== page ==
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Singapore: Netizens Criticize ‘Offensive’ Government Ad

An advertising campaign run by Singapore's Ministry of Community Development, Youth and Sports (MCYS) has come under fire for perpetuating prejudice and discrimination against ex-offenders, victims of abuse, people from the low income strata, and people with disabilities.

The campaign includes a series of four posters depicting social workers and examples of cases in which they have helped. Words such as “ruined”, “destroyed”, “abandoned” and “hopeless” have been highlighted. These posters can be seen online, as well as in public areas such as bus stops.

These ads have been widely criticised by Singaporeans, who felt that they were offensive.

@flubberzz: WTF is wrong with you MCYS and Starlight Advertising?? Who in the right mind would come up with this kind of campaign?

Popular local blogger mrbrown expresses support for the social workers, but points out that the ads send the wrong message about people with disabilities:

I love social workers and what they do but come on, MCYS, people with disabilities are not hopeless.

This kind of message just perpetuates the idea that the disabled are liabilities who need rescuing and sympathy, rather than a valuable part of our society who are differently-abled.

As a father of a special needs child, I am deeply offended by this kind of messaging.

In an article for The Online Citizen, Ghui observes that these posters may serve to alienate those in need from the rest of society:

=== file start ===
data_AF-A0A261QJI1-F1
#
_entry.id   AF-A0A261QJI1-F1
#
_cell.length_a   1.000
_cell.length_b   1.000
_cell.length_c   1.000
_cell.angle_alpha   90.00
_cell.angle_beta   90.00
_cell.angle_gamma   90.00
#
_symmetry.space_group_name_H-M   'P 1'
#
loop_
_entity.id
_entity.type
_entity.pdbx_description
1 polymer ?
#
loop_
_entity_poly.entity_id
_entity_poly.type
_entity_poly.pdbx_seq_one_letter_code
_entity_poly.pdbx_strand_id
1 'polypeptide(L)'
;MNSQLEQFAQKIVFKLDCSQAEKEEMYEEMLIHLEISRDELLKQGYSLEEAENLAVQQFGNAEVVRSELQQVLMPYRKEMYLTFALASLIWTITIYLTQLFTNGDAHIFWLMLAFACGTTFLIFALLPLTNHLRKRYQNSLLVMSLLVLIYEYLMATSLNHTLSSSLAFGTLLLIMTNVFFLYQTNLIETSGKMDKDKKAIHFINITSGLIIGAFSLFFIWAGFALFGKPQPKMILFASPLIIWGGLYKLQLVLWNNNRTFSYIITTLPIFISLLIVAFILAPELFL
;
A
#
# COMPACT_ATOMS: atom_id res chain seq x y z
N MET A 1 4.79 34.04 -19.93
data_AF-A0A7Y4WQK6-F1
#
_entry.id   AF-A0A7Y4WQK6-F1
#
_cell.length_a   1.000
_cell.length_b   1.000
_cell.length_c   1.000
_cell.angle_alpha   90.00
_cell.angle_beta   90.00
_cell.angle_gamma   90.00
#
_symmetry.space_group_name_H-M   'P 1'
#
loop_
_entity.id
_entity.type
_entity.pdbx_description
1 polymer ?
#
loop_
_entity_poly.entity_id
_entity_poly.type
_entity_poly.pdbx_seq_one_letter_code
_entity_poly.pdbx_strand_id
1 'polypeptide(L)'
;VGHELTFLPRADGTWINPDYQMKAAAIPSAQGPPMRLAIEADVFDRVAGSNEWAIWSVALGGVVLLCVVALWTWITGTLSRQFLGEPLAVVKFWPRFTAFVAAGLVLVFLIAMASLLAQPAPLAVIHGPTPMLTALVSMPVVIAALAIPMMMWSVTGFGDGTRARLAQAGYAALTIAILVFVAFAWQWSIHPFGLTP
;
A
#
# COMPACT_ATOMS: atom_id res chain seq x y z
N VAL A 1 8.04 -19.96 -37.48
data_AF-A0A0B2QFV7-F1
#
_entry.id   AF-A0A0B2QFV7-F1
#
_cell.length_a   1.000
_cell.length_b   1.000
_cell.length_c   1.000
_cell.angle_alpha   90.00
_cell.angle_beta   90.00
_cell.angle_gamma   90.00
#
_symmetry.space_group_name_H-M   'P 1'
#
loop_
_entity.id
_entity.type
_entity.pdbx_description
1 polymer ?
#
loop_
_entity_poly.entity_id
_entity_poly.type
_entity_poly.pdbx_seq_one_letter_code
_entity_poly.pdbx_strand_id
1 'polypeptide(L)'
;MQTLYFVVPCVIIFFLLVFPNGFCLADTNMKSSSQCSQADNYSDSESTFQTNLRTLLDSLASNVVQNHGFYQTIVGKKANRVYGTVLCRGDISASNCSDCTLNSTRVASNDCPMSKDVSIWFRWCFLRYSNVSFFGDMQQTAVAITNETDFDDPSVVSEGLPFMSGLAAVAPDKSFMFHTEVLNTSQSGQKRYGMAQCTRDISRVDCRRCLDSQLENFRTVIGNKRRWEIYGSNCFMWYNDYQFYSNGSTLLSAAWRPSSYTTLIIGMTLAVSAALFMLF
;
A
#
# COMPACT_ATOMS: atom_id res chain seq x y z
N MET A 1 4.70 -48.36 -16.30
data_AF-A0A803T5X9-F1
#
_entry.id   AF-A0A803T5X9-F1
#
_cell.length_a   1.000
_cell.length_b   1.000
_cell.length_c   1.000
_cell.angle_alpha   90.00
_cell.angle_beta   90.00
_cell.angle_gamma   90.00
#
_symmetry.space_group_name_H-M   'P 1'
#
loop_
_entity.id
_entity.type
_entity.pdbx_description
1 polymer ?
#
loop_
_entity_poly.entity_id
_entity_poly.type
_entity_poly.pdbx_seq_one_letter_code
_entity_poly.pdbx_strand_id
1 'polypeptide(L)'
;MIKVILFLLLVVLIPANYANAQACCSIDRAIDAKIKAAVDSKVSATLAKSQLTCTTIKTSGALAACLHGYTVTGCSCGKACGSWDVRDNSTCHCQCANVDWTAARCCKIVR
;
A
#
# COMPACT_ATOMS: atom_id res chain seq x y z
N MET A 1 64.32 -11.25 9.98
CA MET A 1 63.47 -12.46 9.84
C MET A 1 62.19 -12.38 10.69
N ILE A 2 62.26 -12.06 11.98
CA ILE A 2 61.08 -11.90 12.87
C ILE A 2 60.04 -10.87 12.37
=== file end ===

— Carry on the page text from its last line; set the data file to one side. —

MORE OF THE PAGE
While MCYS may not have intended it, these posters serve to fuel society’s prejudice towards the handicapped or people who have fallen through the cracks. Instead of positive encouragement, it has reinforced the idea that the handicapped or infirm are somewhat lacking and ought to be pitied. I am not at all suggesting that these individuals do not need help but our assistance should stem from a communal desire of mutual assistance rather than a need to help “objects of pity”.

The Society for the Physically Disabled did not comment specifically on the ads, they expressed happiness that MCYS was doing a campaign “to attract people to the profession.”

Some see these ads as representative of attitudes towards disability – both of this region as well as of the Singapore government:

@sonnylebythebay: Asia still has a way to go in dealing/working with people w/disabilities & the mentally ill. RT @kixes http://mrbrwn.co/yDkF53

@ambarvalia: The MCYS ‘hopeless’ ads indicate the govt's usual high horse by implying tt the people shld be grateful for e govt's “help”.

In response, the MCYS spokesman clarified that the word “hopeless” in the poster did not refer people with disabilities, but to the sense of hopelessness that they feel about their condition. The ministry said that the campaign was simply trying to encourage more people to take up social work as a profession.

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